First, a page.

The Springs That Time Forgot
Taking the cure for the modern malaise.
Thursday, December 13, 2001
Over the years the reports about Paraiso Hot Springs have trickled in, typically dispatched by friends and acquaintances just returned from an extended two-day soak in the elderly resort''s soda springs. They always say the same thing.
"It''s great!" they gush. "It''s ..." they wrinkle their brows, running down a mental list of modifiers. "Funky."
I always wondered what that meant. On a hot Saturday in October, I found out. Three gal pals and I traipsed down, chips, fruit salad and wine in tow, for a birthday celebration. We turned off Highway 101 past Soledad, drove past the rolling corduroy of vineyards, and arrived at an oasis of grass and gently waving palms on a parched mountainside overlooking the Salinas Valley. Overnight accommodations included one-room hillside cabins, quaint cottages, yurts, two-bedroom mobile homes and good old campgrounds. We''d picked the latter. We pitched our tents a short walk from the very clean communal restrooms, changed into our waterwear and hit the pools.
Well, hit the pool. The original and well-worn "small outdoor mineral pool"--a roughly 15-by-20-foot shallow bath (the "deep end" is about three feet) filled with 98-degree water and a few lolling bathers--was hard to leave. The first afternoon we spent so much time in it that everyone''s silver rings turned gold--nothing but a sulphury alchemist''s trick. They turned back after a couple of days.
Across a rickety old deck from this puddle of heaven was a swimming pool, also filled with the sulfate-, carbonate-, silica- and lime-laden waters that pour from the spring''s hidden source at the rate of 20,000-30,000 gallons per day. The swimming pool was cool and refreshing, but the enclosed hot bath, at about 106 degrees to 108 degrees, was much more akin to the spring''s actual unmitigated self, which leaves the earth at 112 degrees.
Maybe the best pool, though, was the Old Bath House, a relic from the resort''s early-19th-century origins, back when a grand hotel stood on the grounds. A blue-green, trellised haven in a lushly overgrown garden, it had two small hot pools and a cold plunge. (Unfortunately, it''s only open June-October.)
At last I understood the funkiness, and I loved it. Why Paraiso Springs is not always overrun with hordes of people taking the cure is a mystery. At Paraiso Springs, bugs fall in the water--lots of bugs--and no one scoops them out for you. Nets are next to each pool, though, so bathers take turns. The lawn furniture inside the dressing rooms has those garish blue-and-green cushions from the early ''70s. In the morning you get complimentary Folger''s in a styrofoam cup with Coffee Mate and Mexican pastry. You have to schlep to Soledad for dinner or else cook on your cabin''s hot plate. The rec rooms, which look as if they were gracious and well-used at one time, are deserted except for perhaps a beanbag or a bookshelf filled with mystery novels by authors you''ve never heard of.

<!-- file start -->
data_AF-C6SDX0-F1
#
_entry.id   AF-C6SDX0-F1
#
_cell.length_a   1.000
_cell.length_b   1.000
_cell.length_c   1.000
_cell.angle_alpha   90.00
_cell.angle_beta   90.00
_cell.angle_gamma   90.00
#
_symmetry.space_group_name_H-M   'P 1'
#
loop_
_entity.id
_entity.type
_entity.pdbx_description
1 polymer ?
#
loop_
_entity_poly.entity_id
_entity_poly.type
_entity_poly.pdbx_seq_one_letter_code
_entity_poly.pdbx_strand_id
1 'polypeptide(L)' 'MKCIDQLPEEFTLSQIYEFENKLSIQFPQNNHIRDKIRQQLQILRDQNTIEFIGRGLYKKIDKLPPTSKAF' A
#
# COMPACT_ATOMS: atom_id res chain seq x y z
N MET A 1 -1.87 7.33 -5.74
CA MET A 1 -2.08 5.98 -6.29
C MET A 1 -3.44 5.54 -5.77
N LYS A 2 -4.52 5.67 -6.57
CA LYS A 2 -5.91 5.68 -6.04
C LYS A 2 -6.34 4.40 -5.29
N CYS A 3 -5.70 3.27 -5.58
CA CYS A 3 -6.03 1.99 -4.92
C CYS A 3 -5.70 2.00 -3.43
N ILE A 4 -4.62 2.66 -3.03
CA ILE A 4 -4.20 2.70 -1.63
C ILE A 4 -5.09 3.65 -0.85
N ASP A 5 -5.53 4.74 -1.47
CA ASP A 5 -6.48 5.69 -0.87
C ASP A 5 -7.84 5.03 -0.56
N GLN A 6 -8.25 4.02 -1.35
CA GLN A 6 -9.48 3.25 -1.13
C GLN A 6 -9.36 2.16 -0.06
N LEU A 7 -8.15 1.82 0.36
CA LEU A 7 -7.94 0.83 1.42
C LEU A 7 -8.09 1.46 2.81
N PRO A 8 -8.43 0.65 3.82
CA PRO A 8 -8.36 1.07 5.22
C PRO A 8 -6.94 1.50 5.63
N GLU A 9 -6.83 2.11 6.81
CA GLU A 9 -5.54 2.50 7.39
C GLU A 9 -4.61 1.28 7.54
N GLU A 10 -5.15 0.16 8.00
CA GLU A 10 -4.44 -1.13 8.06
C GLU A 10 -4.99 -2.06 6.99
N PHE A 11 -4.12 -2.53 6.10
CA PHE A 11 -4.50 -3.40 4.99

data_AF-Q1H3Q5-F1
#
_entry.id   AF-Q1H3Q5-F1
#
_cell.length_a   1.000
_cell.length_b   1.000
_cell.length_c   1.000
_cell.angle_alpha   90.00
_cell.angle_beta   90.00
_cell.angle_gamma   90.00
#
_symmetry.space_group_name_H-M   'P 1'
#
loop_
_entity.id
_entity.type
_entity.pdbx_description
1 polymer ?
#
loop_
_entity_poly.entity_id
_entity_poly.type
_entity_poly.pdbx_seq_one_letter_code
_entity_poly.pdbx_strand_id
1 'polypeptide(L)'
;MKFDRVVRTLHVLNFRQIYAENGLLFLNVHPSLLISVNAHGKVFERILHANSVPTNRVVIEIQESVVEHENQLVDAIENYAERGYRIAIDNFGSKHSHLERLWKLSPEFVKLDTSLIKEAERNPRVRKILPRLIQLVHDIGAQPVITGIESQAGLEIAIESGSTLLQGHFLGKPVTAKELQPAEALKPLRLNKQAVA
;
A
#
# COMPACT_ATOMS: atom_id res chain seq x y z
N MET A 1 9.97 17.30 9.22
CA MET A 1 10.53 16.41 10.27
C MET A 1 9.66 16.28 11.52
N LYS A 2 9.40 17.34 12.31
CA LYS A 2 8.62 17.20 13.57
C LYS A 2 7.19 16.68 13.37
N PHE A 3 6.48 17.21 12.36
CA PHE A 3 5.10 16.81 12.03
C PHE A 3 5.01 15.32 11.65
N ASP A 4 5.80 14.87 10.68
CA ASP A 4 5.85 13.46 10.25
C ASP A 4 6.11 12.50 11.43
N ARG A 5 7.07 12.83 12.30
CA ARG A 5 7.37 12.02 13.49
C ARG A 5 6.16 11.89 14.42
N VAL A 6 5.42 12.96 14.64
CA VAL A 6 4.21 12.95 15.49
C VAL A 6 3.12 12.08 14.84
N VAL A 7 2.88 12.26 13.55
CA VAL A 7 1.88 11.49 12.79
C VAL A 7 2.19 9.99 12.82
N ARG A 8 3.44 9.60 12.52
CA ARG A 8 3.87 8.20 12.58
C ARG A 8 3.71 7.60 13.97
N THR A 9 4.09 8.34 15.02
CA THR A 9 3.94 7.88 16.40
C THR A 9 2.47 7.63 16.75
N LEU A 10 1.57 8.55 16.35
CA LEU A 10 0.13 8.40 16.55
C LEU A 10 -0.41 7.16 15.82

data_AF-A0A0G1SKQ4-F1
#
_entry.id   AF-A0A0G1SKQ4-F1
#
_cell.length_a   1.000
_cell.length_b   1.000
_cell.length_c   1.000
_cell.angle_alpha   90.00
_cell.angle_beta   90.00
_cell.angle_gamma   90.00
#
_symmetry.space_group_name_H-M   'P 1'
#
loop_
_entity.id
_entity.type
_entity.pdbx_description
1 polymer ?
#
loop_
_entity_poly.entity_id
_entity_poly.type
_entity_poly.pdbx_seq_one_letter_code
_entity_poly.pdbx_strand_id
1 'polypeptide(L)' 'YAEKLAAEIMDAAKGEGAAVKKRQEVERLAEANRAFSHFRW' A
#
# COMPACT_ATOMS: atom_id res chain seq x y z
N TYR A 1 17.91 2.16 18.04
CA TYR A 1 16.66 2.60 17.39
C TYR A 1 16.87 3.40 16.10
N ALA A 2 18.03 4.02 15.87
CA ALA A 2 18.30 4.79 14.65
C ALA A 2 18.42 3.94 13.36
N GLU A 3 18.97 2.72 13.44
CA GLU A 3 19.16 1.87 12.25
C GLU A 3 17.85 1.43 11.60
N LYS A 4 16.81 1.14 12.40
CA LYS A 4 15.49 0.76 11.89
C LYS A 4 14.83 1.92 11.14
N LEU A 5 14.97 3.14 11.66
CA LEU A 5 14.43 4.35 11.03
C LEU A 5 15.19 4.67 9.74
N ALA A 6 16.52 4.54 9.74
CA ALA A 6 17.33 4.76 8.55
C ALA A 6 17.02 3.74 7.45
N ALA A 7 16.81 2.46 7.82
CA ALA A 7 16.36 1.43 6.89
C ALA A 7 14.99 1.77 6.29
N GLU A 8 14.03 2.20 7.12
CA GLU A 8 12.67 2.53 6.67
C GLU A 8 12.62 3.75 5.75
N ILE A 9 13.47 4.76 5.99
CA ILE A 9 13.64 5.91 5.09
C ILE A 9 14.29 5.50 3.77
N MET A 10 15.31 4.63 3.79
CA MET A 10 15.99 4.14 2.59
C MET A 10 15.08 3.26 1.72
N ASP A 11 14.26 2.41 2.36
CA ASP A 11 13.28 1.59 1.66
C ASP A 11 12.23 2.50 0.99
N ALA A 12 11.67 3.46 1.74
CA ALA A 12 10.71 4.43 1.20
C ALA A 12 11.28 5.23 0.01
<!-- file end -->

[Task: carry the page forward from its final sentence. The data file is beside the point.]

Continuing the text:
In this anachronistic place, time slowed down. Eventually everyone settled into her own rhythm, leaving a warm bath for a warmer one, going back to the swimming pool, taking a nap on the expansive lawn. Conversation became secondary, and by the second day we''d become like the bathers who were there when we arrived.
None of those people talked much. They laid out on chaise lounges in sun or shade, reading or snoozing. There were many large bellies and varicose veins in evidence, and very little self-consciousness. The resort had a European vibe, if someone who has visited the Continent exactly once can make such a claim.
People kept to themselves. Halfway through the weekend a local family with some kids showed up and brought some noise with them, but even their splashy cannonballs into the cold pool and shrill laughter couldn''t puncture the tranquillity.
In 1999 a Pennsylvania company bought the hot springs and announced plans to renovate it, creating an upscale and fashionable resort once again. Luckily there''s no start date yet, and it looks like a long time before the faded glory gets junked in favor of shiny modernity. Meanwhile, winter''s the slow time, all the lodgings have heaters, and $30 per person to soak for a day is nothing compared to the pleasure in store.
To make reservations call 678-2882.